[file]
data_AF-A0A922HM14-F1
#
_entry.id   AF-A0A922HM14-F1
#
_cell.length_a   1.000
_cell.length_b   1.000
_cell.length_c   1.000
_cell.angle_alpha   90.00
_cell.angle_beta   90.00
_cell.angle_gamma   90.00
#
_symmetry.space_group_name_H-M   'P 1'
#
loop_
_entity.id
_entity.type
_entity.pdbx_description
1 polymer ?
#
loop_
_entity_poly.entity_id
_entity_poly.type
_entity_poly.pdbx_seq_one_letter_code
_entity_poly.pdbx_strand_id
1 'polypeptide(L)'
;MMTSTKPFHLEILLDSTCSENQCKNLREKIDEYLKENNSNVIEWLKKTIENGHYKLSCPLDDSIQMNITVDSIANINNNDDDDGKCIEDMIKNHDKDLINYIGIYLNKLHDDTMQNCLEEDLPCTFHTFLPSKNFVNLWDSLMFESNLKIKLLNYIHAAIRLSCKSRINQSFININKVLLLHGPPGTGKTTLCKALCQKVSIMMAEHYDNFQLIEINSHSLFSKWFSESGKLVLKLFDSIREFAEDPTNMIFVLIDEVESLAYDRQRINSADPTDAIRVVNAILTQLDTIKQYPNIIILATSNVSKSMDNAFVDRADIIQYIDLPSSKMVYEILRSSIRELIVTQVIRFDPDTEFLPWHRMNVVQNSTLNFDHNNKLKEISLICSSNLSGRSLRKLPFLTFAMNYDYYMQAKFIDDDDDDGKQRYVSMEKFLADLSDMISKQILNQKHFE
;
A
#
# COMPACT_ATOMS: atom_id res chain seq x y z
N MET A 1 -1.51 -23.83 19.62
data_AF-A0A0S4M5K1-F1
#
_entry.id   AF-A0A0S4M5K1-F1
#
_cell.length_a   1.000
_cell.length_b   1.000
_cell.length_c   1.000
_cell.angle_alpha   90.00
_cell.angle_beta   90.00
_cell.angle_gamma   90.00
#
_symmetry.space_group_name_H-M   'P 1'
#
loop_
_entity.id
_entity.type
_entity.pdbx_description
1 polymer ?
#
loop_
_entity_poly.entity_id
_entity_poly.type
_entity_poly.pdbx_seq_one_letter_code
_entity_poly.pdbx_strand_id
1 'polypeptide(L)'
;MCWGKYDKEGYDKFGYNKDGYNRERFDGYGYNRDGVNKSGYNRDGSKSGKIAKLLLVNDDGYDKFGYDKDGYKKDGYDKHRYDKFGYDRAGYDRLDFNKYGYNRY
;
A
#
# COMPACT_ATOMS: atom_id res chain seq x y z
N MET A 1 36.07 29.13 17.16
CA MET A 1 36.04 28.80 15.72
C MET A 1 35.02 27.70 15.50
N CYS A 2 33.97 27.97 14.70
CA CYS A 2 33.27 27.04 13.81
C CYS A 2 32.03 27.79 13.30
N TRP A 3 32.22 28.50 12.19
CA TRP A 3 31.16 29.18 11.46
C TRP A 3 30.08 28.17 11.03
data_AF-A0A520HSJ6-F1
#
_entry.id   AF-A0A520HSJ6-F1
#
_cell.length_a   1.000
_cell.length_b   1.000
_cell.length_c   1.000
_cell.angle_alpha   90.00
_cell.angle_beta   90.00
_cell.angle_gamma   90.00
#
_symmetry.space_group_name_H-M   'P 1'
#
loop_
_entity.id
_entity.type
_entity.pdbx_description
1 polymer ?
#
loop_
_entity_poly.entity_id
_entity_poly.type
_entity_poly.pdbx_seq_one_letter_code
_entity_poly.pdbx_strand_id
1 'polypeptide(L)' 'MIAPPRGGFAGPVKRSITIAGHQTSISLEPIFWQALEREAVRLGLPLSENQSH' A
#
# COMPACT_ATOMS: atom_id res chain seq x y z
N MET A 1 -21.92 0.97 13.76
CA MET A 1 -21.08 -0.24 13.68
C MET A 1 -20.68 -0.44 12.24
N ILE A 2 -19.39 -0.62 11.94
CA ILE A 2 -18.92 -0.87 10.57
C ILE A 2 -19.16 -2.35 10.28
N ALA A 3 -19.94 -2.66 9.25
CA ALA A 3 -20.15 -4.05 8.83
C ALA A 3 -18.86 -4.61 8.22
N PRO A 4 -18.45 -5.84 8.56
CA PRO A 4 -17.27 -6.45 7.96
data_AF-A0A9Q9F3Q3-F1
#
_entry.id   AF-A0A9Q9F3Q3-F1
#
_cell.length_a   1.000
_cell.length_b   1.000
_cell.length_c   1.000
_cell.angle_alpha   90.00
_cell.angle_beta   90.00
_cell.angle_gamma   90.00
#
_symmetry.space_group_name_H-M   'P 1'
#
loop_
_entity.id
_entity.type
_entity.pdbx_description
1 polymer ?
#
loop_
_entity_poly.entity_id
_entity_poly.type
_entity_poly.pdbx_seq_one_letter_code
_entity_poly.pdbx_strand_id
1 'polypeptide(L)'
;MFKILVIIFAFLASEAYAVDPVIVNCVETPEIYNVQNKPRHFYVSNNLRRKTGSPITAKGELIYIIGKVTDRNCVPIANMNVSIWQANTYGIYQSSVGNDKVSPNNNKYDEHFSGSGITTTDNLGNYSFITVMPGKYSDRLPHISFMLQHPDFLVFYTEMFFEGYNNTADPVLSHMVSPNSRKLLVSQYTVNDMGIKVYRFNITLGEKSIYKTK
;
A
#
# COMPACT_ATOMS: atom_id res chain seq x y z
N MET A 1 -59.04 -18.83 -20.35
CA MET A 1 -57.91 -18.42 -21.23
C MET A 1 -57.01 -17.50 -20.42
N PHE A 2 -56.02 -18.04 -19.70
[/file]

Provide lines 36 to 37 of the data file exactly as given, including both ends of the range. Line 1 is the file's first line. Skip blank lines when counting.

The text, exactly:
_cell.length_a   1.000
_cell.length_b   1.000